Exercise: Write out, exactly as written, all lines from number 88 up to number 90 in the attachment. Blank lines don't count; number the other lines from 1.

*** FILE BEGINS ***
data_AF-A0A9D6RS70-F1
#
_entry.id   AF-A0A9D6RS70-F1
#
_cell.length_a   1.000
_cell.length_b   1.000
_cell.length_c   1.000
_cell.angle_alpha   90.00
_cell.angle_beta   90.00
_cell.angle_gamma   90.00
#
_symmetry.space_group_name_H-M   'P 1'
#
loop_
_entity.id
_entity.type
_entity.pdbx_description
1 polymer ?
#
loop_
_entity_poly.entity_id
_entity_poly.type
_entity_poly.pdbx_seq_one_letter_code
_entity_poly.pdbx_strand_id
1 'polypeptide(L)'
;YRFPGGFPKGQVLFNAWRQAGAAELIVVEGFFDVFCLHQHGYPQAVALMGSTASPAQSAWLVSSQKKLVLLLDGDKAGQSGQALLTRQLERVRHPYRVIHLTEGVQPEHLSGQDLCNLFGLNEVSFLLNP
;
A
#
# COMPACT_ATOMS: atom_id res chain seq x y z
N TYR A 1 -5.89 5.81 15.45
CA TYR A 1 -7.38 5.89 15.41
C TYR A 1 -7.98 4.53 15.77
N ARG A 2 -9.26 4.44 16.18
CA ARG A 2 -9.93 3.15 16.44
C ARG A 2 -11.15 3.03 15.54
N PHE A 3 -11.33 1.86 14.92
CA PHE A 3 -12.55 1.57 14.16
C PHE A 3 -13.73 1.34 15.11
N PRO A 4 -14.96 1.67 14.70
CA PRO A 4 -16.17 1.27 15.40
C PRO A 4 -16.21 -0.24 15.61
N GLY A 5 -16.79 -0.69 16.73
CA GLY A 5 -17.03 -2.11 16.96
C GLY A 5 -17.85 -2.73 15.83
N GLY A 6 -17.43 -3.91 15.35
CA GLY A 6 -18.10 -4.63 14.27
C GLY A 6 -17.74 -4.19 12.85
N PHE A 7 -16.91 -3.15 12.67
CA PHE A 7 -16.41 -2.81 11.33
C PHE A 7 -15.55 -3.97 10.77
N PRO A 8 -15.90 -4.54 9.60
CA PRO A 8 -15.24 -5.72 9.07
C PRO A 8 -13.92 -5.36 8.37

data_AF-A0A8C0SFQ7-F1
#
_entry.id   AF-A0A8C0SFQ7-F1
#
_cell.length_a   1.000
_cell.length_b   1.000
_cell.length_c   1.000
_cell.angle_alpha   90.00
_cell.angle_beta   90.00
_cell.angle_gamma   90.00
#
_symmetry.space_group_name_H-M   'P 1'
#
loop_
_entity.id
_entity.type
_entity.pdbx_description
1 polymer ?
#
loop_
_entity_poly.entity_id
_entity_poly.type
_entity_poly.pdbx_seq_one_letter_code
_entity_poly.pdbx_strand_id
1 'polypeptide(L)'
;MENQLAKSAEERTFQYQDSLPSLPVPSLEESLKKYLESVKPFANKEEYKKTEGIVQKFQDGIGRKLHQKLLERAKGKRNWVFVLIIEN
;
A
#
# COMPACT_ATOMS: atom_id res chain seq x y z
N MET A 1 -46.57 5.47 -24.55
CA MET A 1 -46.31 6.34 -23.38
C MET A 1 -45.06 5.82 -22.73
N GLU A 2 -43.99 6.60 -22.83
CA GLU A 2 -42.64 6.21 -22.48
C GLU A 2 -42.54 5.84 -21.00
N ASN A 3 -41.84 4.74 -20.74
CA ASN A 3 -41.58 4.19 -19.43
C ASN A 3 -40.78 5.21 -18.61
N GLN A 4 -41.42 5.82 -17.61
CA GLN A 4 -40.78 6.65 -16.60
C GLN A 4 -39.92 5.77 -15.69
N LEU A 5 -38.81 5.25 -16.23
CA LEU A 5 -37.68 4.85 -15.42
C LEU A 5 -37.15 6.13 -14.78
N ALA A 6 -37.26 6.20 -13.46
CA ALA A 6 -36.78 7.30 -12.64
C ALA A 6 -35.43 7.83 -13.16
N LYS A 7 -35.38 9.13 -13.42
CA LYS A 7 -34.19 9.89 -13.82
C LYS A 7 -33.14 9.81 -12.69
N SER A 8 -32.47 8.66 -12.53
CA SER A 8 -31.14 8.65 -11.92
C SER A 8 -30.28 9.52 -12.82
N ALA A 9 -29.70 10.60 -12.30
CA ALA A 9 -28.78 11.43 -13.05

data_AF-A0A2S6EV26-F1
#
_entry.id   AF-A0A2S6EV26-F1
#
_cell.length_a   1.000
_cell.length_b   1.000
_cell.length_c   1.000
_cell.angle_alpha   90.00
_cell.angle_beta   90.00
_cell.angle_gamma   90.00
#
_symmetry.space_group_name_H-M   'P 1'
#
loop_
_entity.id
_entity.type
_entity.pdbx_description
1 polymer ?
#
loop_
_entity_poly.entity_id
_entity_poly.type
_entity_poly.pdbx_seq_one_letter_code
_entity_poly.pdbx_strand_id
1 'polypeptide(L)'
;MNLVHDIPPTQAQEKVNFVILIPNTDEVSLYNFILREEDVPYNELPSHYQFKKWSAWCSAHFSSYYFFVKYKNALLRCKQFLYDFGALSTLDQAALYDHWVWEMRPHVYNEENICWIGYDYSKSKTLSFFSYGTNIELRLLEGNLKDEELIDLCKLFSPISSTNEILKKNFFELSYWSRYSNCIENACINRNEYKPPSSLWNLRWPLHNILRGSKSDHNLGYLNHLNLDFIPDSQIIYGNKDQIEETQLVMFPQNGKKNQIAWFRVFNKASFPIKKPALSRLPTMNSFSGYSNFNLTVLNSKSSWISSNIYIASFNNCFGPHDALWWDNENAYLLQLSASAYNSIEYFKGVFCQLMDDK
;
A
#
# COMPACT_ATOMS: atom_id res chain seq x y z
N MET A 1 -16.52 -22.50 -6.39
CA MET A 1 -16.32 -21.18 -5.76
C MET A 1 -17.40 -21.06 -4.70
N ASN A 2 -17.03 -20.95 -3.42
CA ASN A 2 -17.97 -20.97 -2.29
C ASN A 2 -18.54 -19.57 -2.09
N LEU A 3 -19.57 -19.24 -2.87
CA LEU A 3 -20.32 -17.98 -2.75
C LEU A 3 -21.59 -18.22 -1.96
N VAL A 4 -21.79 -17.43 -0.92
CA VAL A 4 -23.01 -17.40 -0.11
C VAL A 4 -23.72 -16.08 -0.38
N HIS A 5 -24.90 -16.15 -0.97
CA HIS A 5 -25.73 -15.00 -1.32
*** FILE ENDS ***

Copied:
N GLU A 2 -43.99 6.60 -22.83
CA GLU A 2 -42.64 6.21 -22.48
C GLU A 2 -42.54 5.84 -21.00